QUESTION – how do I present to win?
THOUGHT – support your assumptions and assertions factually
There was a time when a big statement made in a presentation tended to be believed. Presenters were viewed as knowledgeable and bold statements were seen as engaging. This is no longer the case. Presenters are more often than not seen as salespeople and big statements are at best viewed as requiring substantiation or authentication.
The facts are however, that presenters do tend to be salespeople and with the proliferation of fake news, we have all become more sceptical – as indeed we should. I never accept anything I hear in a presentation at face value. I want, like most people – evidence to support all contentions.
A recent study found that some 88% of people are now concerned about fake news, and as a result, more sceptical about what they read and hear. As a result, most people in most audiences will want, or at least respond positively to evidence supporting the statements made in that presentation.
Not only will this build credibility, but as a recent study found, evidence has the capacity to boost retention on the content of presentations by 20%.
Now don’t get me wrong. Great speeches are not built on evidence. Great speeches are built on emotion, because it is emotion that attracts and holds attention and inspires the feelings that facilitate engagement. Indeed, as noted in a previous THOUGHT only 7% of the impact of a speech comes from the content, while 38% comes from tone and 55% comes from the presentation.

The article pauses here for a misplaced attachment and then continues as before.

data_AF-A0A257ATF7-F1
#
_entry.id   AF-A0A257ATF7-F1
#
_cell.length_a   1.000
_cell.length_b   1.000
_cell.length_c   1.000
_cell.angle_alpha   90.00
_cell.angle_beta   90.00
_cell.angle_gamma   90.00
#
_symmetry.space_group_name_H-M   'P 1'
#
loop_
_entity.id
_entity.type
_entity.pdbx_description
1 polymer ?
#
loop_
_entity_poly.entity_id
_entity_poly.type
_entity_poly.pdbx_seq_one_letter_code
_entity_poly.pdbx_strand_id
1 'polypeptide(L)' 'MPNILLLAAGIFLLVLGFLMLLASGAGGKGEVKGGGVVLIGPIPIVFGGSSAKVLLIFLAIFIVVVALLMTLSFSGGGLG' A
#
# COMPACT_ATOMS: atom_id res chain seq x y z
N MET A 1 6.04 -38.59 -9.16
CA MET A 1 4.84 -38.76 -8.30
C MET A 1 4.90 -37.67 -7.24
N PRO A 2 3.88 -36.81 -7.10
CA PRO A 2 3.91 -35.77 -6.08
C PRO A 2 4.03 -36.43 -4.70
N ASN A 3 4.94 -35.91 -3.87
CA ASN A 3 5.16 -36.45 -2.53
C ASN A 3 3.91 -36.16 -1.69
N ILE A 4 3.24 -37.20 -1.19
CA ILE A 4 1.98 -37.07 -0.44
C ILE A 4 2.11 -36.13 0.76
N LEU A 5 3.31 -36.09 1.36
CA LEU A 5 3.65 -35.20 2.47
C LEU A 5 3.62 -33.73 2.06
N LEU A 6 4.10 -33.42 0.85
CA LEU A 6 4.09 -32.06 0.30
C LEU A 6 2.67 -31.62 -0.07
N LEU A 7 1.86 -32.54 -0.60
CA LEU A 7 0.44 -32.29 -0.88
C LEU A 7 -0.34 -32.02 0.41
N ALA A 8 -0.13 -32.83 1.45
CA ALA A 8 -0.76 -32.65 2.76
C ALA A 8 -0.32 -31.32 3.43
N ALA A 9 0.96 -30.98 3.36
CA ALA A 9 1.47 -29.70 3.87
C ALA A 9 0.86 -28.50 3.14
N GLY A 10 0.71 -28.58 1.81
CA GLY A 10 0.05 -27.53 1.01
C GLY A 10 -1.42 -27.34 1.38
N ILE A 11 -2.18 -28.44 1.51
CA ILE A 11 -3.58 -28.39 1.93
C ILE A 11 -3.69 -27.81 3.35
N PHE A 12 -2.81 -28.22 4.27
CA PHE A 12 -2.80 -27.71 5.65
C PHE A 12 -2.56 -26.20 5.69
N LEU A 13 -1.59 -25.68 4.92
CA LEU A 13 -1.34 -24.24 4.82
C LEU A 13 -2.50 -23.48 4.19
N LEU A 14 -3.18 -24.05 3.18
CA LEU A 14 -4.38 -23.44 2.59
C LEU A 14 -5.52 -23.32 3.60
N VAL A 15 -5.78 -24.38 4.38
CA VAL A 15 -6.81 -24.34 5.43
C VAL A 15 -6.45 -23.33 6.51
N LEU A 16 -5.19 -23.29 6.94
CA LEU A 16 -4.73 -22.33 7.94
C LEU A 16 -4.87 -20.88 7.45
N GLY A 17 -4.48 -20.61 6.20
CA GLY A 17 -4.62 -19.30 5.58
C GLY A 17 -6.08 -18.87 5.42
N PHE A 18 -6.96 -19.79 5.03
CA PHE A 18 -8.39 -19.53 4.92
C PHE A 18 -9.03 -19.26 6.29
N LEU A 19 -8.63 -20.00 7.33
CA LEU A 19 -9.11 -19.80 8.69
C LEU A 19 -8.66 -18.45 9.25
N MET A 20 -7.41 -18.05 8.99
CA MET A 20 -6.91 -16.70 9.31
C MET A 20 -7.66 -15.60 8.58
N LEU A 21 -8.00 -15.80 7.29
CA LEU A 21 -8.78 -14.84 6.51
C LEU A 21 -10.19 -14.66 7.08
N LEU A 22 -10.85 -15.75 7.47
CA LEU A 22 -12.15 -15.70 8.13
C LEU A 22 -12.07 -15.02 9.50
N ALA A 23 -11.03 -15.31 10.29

That said, having appealed to the emotions a great presentation offers the evidence that supports the statements made and in so doing boost:
A winning presentation is built on emotional engagement, while supported by well presented, engaging and credible facts. Ideally, at least insofar as a written document or slide show is concerned well presented and engaging facts ideally take to form of:
- Single statistics
- Simple graphs
All too often, and at the detriment of the overall presentation, evidence is presented in a complex series of statistics, complex tables or complicated graphs that need a lot of explanation. Wherever possible statistics and facts in general should be presented as simply as possible so that they can be easily consumed without a detailed explanation.
Factual support also often takes the form of quotes from third parties. Where such quotes are used, it is important that they are short, from a credible source and absolutely relevant. Quotes that are not 100% relevant and from a credible source add nothing and can take away from the overall credibility of the presentation.
Build your speech on an emotional foundation, but support core statements with the facts necessary to establish credibility (avoiding accusations of fake news) and maximise retention.
Make sure that all facts are presented in a way that makes the easy to consumer and easy to understand with out a detailed explanation. Ensure relevance to maximise credibility.
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